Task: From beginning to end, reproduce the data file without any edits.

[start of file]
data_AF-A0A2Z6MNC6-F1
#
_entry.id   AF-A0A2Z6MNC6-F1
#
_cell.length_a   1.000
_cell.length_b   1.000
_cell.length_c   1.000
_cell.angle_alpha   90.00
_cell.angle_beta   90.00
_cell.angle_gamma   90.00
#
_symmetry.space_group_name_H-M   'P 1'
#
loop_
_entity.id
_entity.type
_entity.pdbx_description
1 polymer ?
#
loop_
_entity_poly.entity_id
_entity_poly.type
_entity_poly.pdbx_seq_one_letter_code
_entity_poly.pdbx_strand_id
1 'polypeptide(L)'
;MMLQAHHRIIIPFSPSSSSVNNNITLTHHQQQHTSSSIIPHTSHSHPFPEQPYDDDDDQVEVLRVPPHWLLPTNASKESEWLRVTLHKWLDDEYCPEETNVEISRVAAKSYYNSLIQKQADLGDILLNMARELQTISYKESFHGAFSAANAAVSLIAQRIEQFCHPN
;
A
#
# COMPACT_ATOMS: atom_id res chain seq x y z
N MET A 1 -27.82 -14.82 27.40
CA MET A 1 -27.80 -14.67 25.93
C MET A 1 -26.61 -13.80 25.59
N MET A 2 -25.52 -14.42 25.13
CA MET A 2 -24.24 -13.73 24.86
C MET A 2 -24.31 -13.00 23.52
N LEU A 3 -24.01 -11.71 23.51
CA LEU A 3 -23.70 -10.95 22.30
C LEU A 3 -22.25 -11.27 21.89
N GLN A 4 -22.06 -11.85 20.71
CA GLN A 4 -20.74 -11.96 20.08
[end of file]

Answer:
data_AF-A0A2Z6MNC6-F1
#
_entry.id   AF-A0A2Z6MNC6-F1
#
_cell.length_a   1.000
_cell.length_b   1.000
_cell.length_c   1.000
_cell.angle_alpha   90.00
_cell.angle_beta   90.00
_cell.angle_gamma   90.00
#
_symmetry.space_group_name_H-M   'P 1'
#
loop_
_entity.id
_entity.type
_entity.pdbx_description
1 polymer ?
#
loop_
_entity_poly.entity_id
_entity_poly.type
_entity_poly.pdbx_seq_one_letter_code
_entity_poly.pdbx_strand_id
1 'polypeptide(L)'
;MMLQAHHRIIIPFSPSSSSVNNNITLTHHQQQHTSSSIIPHTSHSHPFPEQPYDDDDDQVEVLRVPPHWLLPTNASKESEWLRVTLHKWLDDEYCPEETNVEISRVAAKSYYNSLIQKQADLGDILLNMARELQTISYKESFHGAFSAANAAVSLIAQRIEQFCHPN
;
A
#
# COMPACT_ATOMS: atom_id res chain seq x y z
N MET A 1 -27.82 -14.82 27.40
CA MET A 1 -27.80 -14.67 25.93
C MET A 1 -26.61 -13.80 25.59
N MET A 2 -25.52 -14.42 25.13
CA MET A 2 -24.24 -13.73 24.86
C MET A 2 -24.31 -13.00 23.52
N LEU A 3 -24.01 -11.71 23.51
CA LEU A 3 -23.70 -10.95 22.30
C LEU A 3 -22.25 -11.27 21.89
N GLN A 4 -22.06 -11.85 20.71
CA GLN A 4 -20.74 -11.96 20.08